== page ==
qualifications for writing instruction

I think next semester I’ll teach exercise science, sociology, and maybe physics. I think I know a little bit about these subjects. I exercise on a regular basis. I’ve read some sociology texts, and I do live in a society. I took physics in high school…
What’s that?
I’m not qualified you say?
Hmmm…. OK, how about this. I’m going to teach a writing course next semester. I think I know a little bit about writing. I write sometimes. I took a composition course or two when I was an undergrad twenty years.
Sure no problem. Go ahead. Good luck with your class.
And you wonder why students’ writing performance coming out of such courses is roughly analogous to the understanding of exercise science they would get from watching me strech?

I’ve blogged a couple times recently about a writing survey and summit taking place on campus. To reiterate, I think it’s great that we can have a conversation about this important issue. The results of the campus survey were recently made public here. Nothing surprising. Students write poorly. They don’t use proper grammar. They don’t make effective arguments. They need to read more. They need to be assigned more academic writing.

Yes, we need to keep doing what we’re doing but more so b/c the results we are getting so far are so great. That’s Ben Franklin’s definition of insanity, right?

It’s not that I can’t explain why this perception of student writing exists on campus. Nor is it that I can’t offer a range of tactices to help students improve their writing practices (after all we can all improve as writers, right?). It’s just that I can’t tell you how to do it in five minutes or five hours or five days or even five months.

It would take more like five years. And, not coincidently, that would be the amount of time I spent in graduate school earning my doctorate in writing. Curiously, the study of writing and the teaching of this subject are part of an actual academic discipline with courses, degrees, faculty positions, journals, conferences, and all that neat stuff. You could actually dedicate your professional life to the study of such matters.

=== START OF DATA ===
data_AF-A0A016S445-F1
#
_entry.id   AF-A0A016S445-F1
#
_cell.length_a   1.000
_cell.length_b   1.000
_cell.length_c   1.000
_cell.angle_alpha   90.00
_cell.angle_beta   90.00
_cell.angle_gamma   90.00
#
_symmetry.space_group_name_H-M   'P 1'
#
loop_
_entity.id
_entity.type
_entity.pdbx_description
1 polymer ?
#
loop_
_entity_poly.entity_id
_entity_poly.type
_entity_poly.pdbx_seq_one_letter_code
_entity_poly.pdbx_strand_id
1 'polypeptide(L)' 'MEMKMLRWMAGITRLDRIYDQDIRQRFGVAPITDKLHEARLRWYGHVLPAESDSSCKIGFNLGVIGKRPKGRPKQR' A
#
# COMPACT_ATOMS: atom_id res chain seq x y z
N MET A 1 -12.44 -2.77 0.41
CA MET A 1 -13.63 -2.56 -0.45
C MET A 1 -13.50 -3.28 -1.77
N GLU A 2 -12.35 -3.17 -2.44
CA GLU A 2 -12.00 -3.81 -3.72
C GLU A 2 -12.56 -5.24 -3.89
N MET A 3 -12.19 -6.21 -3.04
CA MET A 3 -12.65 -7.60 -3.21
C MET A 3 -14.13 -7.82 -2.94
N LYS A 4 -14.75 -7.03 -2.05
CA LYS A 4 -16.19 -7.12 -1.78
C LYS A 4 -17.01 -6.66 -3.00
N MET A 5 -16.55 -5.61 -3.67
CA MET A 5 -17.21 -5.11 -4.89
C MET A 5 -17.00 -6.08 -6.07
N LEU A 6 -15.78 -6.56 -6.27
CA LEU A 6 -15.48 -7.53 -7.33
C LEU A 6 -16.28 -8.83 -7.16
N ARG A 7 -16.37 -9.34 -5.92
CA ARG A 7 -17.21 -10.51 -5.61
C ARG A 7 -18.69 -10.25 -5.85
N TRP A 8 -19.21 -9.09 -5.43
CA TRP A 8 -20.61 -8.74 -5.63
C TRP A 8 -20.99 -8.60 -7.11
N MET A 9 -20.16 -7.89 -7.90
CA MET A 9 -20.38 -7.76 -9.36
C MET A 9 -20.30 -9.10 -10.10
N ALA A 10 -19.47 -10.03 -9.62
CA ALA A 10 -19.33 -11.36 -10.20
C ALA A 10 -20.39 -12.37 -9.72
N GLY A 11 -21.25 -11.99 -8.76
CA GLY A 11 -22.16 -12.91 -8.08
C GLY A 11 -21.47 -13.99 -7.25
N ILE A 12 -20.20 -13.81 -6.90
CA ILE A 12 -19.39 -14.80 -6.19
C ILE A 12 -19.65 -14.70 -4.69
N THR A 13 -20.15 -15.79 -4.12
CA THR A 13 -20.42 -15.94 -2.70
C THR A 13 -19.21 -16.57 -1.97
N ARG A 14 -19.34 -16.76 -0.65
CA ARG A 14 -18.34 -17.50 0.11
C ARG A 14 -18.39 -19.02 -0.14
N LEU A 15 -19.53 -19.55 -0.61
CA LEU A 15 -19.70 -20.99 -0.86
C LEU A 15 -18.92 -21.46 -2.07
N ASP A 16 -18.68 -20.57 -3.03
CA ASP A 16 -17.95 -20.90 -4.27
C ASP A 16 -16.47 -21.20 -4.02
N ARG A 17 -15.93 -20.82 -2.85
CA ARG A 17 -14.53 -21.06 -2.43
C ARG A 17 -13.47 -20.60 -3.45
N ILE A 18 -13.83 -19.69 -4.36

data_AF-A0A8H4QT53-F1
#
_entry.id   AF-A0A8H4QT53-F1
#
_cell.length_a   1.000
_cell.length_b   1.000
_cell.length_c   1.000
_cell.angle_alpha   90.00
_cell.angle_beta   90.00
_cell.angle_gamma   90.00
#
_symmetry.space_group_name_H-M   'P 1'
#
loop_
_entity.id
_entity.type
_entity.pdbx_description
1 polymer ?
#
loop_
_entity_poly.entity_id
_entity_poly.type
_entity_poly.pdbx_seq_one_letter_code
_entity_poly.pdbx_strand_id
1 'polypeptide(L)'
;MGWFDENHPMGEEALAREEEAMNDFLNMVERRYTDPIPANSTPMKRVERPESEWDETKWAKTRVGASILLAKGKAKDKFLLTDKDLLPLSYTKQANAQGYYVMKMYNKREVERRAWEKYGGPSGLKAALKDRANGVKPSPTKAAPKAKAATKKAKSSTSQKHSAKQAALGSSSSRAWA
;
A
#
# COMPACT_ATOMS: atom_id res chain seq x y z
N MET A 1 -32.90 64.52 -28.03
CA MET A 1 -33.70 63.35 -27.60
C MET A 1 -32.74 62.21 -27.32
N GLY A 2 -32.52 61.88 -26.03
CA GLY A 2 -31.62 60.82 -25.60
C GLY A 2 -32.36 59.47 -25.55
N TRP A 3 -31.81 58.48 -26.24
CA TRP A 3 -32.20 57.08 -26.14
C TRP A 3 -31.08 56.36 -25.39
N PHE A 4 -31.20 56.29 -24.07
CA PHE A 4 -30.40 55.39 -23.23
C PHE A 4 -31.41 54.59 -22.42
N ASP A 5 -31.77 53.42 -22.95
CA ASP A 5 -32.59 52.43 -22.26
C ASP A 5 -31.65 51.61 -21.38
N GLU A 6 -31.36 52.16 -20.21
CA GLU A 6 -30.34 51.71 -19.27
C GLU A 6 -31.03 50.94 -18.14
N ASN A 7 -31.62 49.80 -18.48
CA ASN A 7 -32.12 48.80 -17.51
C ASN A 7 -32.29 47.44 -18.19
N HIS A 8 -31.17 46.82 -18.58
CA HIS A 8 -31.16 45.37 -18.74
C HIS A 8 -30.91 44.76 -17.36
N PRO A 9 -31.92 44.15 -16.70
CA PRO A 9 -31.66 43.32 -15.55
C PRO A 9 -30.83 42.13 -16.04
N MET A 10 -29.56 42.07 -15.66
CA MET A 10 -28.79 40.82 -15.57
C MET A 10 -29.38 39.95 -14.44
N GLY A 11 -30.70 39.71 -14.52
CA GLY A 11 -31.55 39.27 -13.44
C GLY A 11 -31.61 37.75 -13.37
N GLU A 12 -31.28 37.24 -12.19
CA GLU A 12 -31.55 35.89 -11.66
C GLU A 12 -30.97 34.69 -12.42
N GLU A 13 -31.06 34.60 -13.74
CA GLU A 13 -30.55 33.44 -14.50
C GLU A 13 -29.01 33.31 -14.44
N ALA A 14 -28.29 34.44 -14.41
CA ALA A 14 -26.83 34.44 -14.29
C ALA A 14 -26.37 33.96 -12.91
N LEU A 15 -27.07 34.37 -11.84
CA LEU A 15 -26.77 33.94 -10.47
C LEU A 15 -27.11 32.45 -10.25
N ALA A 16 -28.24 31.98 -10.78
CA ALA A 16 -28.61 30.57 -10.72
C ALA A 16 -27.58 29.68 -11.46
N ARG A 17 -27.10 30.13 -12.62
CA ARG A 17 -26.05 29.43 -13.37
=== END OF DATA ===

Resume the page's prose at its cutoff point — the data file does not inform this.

Now some may say that it’s not realistic to hire writing PhD’s to teach all this writing. In fact, I’ve probably said that here before. Maybe, maybe not. But why is it realistic to hire chemists to teach chemistry and mathematicians to teach math and historians to teach history but not rhetoricians to teach writing?

Call me when you’re serious about improving writing instruction.

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4 thoughts on “qualifications for writing instruction

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  1. Absolutely absolutely absolutely. The attitude you describe seems like a variation of what Anne Stockdell-Giesler recently (http://www.vitia.org/wordpress/2007/03/24/cccc07-a01-institutional-forces/) described as the “anybody who’s done it, owns it” attitude toward writing instruction. At my institution, it’s assumed that everyone can teach first-year composition, but as for other classes in the English department — well, you have to have certain specific qualifications and skills to teach those. And it’s particularly frustrating when I’m running into some unexamined and backward pedagogical thinking in my work helping to refine and develop the writing curriculum.

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  2. This is related to the attitude I’ve seen here that if you can speak English, you can teach people how to speak it. An advanced degree in TESL is a waste of time, according to these folks. (And the only reason they’re not qualified is that they can’t sing and dance.) Grumble grumble…

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  3. Mark, if I understand your question–you’re asking how this argument about the necessity of expertise applies to the teaching of composition in new media. It’s an interesting question, and the answer, in part, relies on how one articulates “expertise” in new media. It’s a great point Mark, b/c I would argue that new media has served to dissolve disciplinarity to some degree.
    At the same time, in this transitional moment to who knows what, I think writing instruction has to look to the remediation of its discipline into the context of emerging technologies.
    When it comes down to it, there are many brands of expertise in writing within our field. No one is expert in everything. No one will expert in new media from all directions. However, there will be those who commit themselves to the study of these matters.

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